Listening, watching, smelling, and being in sync with the energy in the room truly enhances the usefulness of all the medical training. In various contexts, a simple sign such as a cough, a limp, a change in body position, or inattention can lead to a topic of further investigation. I have been in small claustrophobic rooms with white sterile walls with thousands of patient’s and their families. I know people. I can see the outright fear, worry, or concern on their faces. I hear the tremble in their voices, when deep down they know something is wrong. And, I’m the guy who sees that fear or hears inner sadness, and I address it. It usually takes nothing more than good timing and a gentle statement such as, “ You seem a bit worried. Are you ok? What worries you? How can I help?”
Physicians are given a unique permission to pry deeply into the lives of others without much resistance. These views into humanity; into the soul, produce some quite peculiar perspectives. I’m sure accountants, financial advisors, and lawyers get similarly intimate details of a person’s life. We are all granted the ability to see the intricacies of another’s existence and by contrast we can evaluate our own life experiences. Any friend, family member, or acquaintance can look at the situation of another person and ask, “what would I do if I were them?” but most on-lookers don’t know the true details which people in these select few positions are privy to. It is simply impossible to engage with people on such an intimate level without learning tons about your own needs, wants, habits, and family life. As a physician I feel particularly driven to share some of the general observations I have made. Hopefully some of my commentary can teach readers something about their own lives as well.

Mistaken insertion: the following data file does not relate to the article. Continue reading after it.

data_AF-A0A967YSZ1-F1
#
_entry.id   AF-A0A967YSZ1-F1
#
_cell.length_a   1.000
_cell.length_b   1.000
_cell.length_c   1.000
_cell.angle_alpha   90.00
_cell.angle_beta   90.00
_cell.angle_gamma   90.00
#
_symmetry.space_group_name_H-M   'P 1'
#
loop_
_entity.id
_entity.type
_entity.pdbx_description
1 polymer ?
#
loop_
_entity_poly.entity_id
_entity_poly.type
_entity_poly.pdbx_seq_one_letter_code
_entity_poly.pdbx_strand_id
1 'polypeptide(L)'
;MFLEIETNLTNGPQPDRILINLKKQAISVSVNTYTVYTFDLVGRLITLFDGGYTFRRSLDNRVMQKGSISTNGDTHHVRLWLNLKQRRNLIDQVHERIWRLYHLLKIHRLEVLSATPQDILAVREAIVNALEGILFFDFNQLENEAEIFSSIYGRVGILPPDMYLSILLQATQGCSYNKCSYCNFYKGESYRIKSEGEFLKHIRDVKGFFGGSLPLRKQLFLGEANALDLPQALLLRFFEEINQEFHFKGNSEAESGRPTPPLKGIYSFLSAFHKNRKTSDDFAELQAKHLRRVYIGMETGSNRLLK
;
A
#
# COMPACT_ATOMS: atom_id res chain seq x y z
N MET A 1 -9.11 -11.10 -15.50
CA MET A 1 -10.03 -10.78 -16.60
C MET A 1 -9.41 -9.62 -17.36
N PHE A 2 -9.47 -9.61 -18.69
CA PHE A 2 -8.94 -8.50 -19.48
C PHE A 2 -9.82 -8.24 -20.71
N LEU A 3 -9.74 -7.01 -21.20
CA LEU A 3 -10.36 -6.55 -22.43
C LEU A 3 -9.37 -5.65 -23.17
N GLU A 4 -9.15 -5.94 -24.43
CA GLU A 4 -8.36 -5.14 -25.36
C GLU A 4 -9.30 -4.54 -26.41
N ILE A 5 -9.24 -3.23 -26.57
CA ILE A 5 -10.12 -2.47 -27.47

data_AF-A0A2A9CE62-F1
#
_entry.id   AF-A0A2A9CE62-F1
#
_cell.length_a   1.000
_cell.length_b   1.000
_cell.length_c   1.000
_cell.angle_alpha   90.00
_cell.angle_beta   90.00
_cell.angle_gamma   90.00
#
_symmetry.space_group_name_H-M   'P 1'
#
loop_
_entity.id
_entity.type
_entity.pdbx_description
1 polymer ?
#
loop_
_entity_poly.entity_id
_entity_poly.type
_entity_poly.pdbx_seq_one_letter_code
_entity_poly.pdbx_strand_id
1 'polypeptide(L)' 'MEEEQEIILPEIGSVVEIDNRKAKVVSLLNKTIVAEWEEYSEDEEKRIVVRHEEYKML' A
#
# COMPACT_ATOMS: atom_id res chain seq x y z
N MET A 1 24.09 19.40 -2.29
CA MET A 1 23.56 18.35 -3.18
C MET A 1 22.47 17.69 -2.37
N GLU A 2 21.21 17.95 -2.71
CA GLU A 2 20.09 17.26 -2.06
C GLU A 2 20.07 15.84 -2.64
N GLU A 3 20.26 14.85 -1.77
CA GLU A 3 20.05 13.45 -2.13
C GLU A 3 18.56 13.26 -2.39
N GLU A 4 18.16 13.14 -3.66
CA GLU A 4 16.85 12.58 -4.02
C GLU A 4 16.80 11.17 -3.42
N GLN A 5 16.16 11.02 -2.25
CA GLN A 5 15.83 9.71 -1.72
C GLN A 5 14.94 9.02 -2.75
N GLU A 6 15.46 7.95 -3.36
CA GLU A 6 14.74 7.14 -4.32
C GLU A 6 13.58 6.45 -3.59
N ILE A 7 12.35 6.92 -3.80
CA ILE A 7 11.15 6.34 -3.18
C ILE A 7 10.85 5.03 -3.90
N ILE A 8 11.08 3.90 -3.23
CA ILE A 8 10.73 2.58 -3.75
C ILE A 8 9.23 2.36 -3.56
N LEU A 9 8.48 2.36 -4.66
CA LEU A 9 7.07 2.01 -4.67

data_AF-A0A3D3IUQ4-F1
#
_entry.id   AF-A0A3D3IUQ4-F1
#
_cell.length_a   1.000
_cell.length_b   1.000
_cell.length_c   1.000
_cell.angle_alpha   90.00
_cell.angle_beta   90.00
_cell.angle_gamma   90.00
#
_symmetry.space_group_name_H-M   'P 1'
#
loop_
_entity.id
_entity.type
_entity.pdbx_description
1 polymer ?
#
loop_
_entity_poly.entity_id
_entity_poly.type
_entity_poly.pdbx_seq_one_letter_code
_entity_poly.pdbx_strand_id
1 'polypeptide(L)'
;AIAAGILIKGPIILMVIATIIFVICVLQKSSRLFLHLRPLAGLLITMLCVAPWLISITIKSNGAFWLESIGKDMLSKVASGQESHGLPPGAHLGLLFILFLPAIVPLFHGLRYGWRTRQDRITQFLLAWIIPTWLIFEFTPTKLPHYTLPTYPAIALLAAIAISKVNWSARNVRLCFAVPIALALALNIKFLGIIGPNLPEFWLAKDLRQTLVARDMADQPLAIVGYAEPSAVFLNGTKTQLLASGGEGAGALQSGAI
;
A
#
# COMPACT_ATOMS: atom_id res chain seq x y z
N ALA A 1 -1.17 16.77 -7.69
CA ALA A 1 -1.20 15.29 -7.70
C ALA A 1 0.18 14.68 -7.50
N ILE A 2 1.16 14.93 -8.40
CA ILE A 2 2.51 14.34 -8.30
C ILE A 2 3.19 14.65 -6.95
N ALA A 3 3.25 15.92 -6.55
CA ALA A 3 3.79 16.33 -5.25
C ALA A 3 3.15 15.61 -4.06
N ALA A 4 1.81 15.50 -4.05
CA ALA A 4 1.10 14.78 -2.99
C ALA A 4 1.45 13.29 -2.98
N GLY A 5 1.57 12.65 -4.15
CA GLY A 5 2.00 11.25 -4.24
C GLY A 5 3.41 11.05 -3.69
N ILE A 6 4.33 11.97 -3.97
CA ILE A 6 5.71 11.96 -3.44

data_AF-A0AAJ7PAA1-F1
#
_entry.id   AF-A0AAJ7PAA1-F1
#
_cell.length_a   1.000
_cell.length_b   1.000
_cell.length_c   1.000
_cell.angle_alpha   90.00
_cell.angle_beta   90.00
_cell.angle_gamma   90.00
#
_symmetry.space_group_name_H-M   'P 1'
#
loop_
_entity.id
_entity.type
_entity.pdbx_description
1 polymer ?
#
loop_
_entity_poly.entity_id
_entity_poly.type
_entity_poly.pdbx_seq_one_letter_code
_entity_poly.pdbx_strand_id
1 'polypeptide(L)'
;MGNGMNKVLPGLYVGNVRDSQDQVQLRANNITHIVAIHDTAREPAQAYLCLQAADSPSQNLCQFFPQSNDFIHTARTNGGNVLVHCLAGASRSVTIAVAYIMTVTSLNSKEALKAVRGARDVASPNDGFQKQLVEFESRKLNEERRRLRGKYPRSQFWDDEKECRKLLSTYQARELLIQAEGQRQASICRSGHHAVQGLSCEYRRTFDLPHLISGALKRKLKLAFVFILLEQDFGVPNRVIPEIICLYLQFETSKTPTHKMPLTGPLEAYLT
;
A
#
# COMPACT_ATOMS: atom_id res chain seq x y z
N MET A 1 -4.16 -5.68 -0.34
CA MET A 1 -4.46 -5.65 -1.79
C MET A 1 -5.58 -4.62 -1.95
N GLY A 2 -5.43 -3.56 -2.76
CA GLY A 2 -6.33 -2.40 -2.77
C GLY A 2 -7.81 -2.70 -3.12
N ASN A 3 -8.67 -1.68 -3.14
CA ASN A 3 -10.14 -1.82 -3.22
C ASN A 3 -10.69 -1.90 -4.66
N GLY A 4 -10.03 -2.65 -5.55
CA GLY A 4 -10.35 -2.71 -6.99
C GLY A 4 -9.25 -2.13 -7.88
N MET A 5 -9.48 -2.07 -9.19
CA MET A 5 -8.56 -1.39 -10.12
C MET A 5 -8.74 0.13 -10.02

Some of the personal qualities which made me a successful student and led me down the path to medicine would also allow be to be a good writer. I am committed to listening, watching, and learning new things in many aspect of life. My interests vary from self improvement and success training to study habits, race relations, music, dancing, and of course medical topics. Becoming a physician has amplified my need for life long learning, and that desire has since spilled over to my other endeavors. I am optimistic that sharing what I’ve learned will stimulate growth and life enrichment for myself and my readers.